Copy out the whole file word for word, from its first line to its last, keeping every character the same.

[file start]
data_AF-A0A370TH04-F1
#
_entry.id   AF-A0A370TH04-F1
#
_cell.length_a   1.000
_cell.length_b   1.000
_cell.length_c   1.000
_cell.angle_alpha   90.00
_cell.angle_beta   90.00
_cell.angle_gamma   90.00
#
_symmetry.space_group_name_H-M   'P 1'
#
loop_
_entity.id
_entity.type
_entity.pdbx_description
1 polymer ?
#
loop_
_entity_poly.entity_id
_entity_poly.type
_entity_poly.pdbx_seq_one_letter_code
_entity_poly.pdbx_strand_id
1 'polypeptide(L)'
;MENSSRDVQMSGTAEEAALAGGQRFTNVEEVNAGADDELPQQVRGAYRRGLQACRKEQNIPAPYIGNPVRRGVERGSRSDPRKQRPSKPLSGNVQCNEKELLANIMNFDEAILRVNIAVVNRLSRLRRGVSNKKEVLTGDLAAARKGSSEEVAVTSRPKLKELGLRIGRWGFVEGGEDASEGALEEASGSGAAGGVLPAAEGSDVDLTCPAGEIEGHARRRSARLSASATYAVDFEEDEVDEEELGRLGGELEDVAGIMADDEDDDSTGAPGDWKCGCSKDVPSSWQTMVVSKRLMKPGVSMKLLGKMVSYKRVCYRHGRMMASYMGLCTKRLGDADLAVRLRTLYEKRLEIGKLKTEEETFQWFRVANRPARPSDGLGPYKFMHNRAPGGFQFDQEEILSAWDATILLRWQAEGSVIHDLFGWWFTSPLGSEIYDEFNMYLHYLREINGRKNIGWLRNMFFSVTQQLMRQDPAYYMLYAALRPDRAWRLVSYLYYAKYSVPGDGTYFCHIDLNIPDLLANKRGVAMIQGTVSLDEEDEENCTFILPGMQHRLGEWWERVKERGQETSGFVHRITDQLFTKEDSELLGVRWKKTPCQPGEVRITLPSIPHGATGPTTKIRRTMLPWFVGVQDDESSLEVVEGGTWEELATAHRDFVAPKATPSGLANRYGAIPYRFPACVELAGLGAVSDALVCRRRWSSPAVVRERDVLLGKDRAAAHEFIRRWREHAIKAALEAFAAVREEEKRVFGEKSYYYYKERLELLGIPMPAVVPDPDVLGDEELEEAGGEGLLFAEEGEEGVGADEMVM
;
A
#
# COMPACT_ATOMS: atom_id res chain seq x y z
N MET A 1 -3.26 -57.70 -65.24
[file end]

data_AF-A0A370TH04-F1
#
_entry.id   AF-A0A370TH04-F1
#
_cell.length_a   1.000
_cell.length_b   1.000
_cell.length_c   1.000
_cell.angle_alpha   90.00
_cell.angle_beta   90.00
_cell.angle_gamma   90.00
#
_symmetry.space_group_name_H-M   'P 1'
#
loop_
_entity.id
_entity.type
_entity.pdbx_description
1 polymer ?
#
loop_
_entity_poly.entity_id
_entity_poly.type
_entity_poly.pdbx_seq_one_letter_code
_entity_poly.pdbx_strand_id
1 'polypeptide(L)'
;MENSSRDVQMSGTAEEAALAGGQRFTNVEEVNAGADDELPQQVRGAYRRGLQACRKEQNIPAPYIGNPVRRGVERGSRSDPRKQRPSKPLSGNVQCNEKELLANIMNFDEAILRVNIAVVNRLSRLRRGVSNKKEVLTGDLAAARKGSSEEVAVTSRPKLKELGLRIGRWGFVEGGEDASEGALEEASGSGAAGGVLPAAEGSDVDLTCPAGEIEGHARRRSARLSASATYAVDFEEDEVDEEELGRLGGELEDVAGIMADDEDDDSTGAPGDWKCGCSKDVPSSWQTMVVSKRLMKPGVSMKLLGKMVSYKRVCYRHGRMMASYMGLCTKRLGDADLAVRLRTLYEKRLEIGKLKTEEETFQWFRVANRPARPSDGLGPYKFMHNRAPGGFQFDQEEILSAWDATILLRWQAEGSVIHDLFGWWFTSPLGSEIYDEFNMYLHYLREINGRKNIGWLRNMFFSVTQQLMRQDPAYYMLYAALRPDRAWRLVSYLYYAKYSVPGDGTYFCHIDLNIPDLLANKRGVAMIQGTVSLDEEDEENCTFILPGMQHRLGEWWERVKERGQETSGFVHRITDQLFTKEDSELLGVRWKKTPCQPGEVRITLPSIPHGATGPTTKIRRTMLPWFVGVQDDESSLEVVEGGTWEELATAHRDFVAPKATPSGLANRYGAIPYRFPACVELAGLGAVSDALVCRRRWSSPAVVRERDVLLGKDRAAAHEFIRRWREHAIKAALEAFAAVREEEKRVFGEKSYYYYKERLELLGIPMPAVVPDPDVLGDEELEEAGGEGLLFAEEGEEGVGADEMVM
;
A
#
# COMPACT_ATOMS: atom_id res chain seq x y z
N MET A 1 -3.26 -57.70 -65.24